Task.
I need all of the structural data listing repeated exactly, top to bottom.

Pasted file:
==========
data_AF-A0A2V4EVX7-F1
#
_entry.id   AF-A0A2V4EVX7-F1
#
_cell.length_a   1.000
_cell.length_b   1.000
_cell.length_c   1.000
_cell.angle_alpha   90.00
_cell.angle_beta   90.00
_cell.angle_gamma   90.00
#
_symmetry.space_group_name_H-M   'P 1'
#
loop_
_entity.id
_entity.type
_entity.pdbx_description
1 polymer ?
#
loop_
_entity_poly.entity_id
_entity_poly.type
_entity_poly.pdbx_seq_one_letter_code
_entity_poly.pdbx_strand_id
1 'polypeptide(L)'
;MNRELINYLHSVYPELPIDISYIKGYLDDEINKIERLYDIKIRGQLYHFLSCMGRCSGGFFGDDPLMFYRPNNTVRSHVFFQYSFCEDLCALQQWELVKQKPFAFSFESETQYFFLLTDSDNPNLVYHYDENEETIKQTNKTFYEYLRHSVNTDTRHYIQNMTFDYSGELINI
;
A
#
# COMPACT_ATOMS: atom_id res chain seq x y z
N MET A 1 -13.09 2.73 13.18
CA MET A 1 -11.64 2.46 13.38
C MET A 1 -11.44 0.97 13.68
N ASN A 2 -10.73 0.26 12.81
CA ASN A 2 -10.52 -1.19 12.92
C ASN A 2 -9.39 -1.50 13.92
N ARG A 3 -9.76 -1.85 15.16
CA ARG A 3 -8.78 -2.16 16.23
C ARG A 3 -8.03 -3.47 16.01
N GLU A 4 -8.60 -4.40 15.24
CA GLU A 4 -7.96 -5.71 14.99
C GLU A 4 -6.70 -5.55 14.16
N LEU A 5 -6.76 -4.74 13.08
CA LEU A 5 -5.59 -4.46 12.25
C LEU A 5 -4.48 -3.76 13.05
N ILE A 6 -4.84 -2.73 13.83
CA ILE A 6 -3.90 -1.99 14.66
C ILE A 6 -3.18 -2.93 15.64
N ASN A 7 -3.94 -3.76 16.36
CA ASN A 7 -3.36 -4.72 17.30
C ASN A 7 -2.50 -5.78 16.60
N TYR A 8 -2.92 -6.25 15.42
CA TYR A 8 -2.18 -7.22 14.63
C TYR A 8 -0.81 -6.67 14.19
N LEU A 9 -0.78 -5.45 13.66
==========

data_AF-A0A2V4EVX7-F1
#
_entry.id   AF-A0A2V4EVX7-F1
#
_cell.length_a   1.000
_cell.length_b   1.000
_cell.length_c   1.000
_cell.angle_alpha   90.00
_cell.angle_beta   90.00
_cell.angle_gamma   90.00
#
_symmetry.space_group_name_H-M   'P 1'
#
loop_
_entity.id
_entity.type
_entity.pdbx_description
1 polymer ?
#
loop_
_entity_poly.entity_id
_entity_poly.type
_entity_poly.pdbx_seq_one_letter_code
_entity_poly.pdbx_strand_id
1 'polypeptide(L)'
;MNRELINYLHSVYPELPIDISYIKGYLDDEINKIERLYDIKIRGQLYHFLSCMGRCSGGFFGDDPLMFYRPNNTVRSHVFFQYSFCEDLCALQQWELVKQKPFAFSFESETQYFFLLTDSDNPNLVYHYDENEETIKQTNKTFYEYLRHSVNTDTRHYIQNMTFDYSGELINI
;
A
#
# COMPACT_ATOMS: atom_id res chain seq x y z
N MET A 1 -13.09 2.73 13.18
CA MET A 1 -11.64 2.46 13.38
C MET A 1 -11.44 0.97 13.68
N ASN A 2 -10.73 0.26 12.81
CA ASN A 2 -10.52 -1.19 12.92
C ASN A 2 -9.39 -1.50 13.92
N ARG A 3 -9.76 -1.85 15.16
CA ARG A 3 -8.78 -2.16 16.23
C ARG A 3 -8.03 -3.47 16.01
N GLU A 4 -8.60 -4.40 15.24
CA GLU A 4 -7.96 -5.71 14.99
C GLU A 4 -6.70 -5.55 14.16
N LEU A 5 -6.76 -4.74 13.08
CA LEU A 5 -5.59 -4.46 12.25
C LEU A 5 -4.48 -3.76 13.05
N ILE A 6 -4.84 -2.73 13.83
CA ILE A 6 -3.90 -1.99 14.66
C ILE A 6 -3.18 -2.93 15.64
N ASN A 7 -3.94 -3.76 16.36
CA ASN A 7 -3.36 -4.72 17.30
C ASN A 7 -2.50 -5.78 16.60
N TYR A 8 -2.92 -6.25 15.42
CA TYR A 8 -2.18 -7.22 14.63
C TYR A 8 -0.81 -6.67 14.19
N LEU A 9 -0.78 -5.45 13.66